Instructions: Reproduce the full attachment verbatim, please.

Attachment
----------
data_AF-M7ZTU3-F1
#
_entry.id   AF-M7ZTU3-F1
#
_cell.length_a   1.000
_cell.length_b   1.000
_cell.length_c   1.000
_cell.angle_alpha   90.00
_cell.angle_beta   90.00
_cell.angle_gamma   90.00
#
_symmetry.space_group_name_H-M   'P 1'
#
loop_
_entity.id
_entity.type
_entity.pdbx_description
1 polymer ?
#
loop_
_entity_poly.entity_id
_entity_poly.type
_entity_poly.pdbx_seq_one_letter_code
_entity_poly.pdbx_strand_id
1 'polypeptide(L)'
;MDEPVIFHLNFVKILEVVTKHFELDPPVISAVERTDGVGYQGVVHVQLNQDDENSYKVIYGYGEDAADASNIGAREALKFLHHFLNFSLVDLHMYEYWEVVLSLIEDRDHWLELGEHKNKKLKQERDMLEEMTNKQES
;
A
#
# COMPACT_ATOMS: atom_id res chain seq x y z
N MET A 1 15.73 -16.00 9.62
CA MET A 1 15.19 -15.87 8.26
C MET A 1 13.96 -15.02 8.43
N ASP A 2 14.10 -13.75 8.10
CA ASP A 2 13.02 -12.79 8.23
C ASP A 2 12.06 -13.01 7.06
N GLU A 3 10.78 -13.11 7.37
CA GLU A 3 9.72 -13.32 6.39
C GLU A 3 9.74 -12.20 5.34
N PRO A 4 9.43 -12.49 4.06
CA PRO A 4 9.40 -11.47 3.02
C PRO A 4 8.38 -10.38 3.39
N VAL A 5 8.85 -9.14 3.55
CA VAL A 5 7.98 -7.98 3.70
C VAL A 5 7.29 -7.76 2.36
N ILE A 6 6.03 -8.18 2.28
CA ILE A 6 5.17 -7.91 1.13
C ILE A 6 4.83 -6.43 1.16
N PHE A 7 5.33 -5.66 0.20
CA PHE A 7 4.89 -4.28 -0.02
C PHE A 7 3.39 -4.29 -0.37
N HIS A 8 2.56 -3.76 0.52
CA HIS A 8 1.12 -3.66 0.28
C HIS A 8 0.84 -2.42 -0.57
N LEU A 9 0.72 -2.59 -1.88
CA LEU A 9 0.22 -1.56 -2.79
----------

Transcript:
data_AF-M7ZTU3-F1
#
_entry.id   AF-M7ZTU3-F1
#
_cell.length_a   1.000
_cell.length_b   1.000
_cell.length_c   1.000
_cell.angle_alpha   90.00
_cell.angle_beta   90.00
_cell.angle_gamma   90.00
#
_symmetry.space_group_name_H-M   'P 1'
#
loop_
_entity.id
_entity.type
_entity.pdbx_description
1 polymer ?
#
loop_
_entity_poly.entity_id
_entity_poly.type
_entity_poly.pdbx_seq_one_letter_code
_entity_poly.pdbx_strand_id
1 'polypeptide(L)'
;MDEPVIFHLNFVKILEVVTKHFELDPPVISAVERTDGVGYQGVVHVQLNQDDENSYKVIYGYGEDAADASNIGAREALKFLHHFLNFSLVDLHMYEYWEVVLSLIEDRDHWLELGEHKNKKLKQERDMLEEMTNKQES
;
A
#
# COMPACT_ATOMS: atom_id res chain seq x y z
N MET A 1 15.73 -16.00 9.62
CA MET A 1 15.19 -15.87 8.26
C MET A 1 13.96 -15.02 8.43
N ASP A 2 14.10 -13.75 8.10
CA ASP A 2 13.02 -12.79 8.23
C ASP A 2 12.06 -13.01 7.06
N GLU A 3 10.78 -13.11 7.37
CA GLU A 3 9.72 -13.32 6.39
C GLU A 3 9.74 -12.20 5.34
N PRO A 4 9.43 -12.49 4.06
CA PRO A 4 9.40 -11.47 3.02
C PRO A 4 8.38 -10.38 3.39
N VAL A 5 8.85 -9.14 3.55
CA VAL A 5 7.98 -7.98 3.70
C VAL A 5 7.29 -7.76 2.36
N ILE A 6 6.03 -8.18 2.28
CA ILE A 6 5.17 -7.91 1.13
C ILE A 6 4.83 -6.43 1.16
N PHE A 7 5.33 -5.66 0.20
CA PHE A 7 4.89 -4.28 -0.02
C PHE A 7 3.39 -4.29 -0.37
N HIS A 8 2.56 -3.76 0.52
CA HIS A 8 1.12 -3.66 0.28
C HIS A 8 0.84 -2.42 -0.57
N LEU A 9 0.72 -2.59 -1.88
CA LEU A 9 0.22 -1.56 -2.79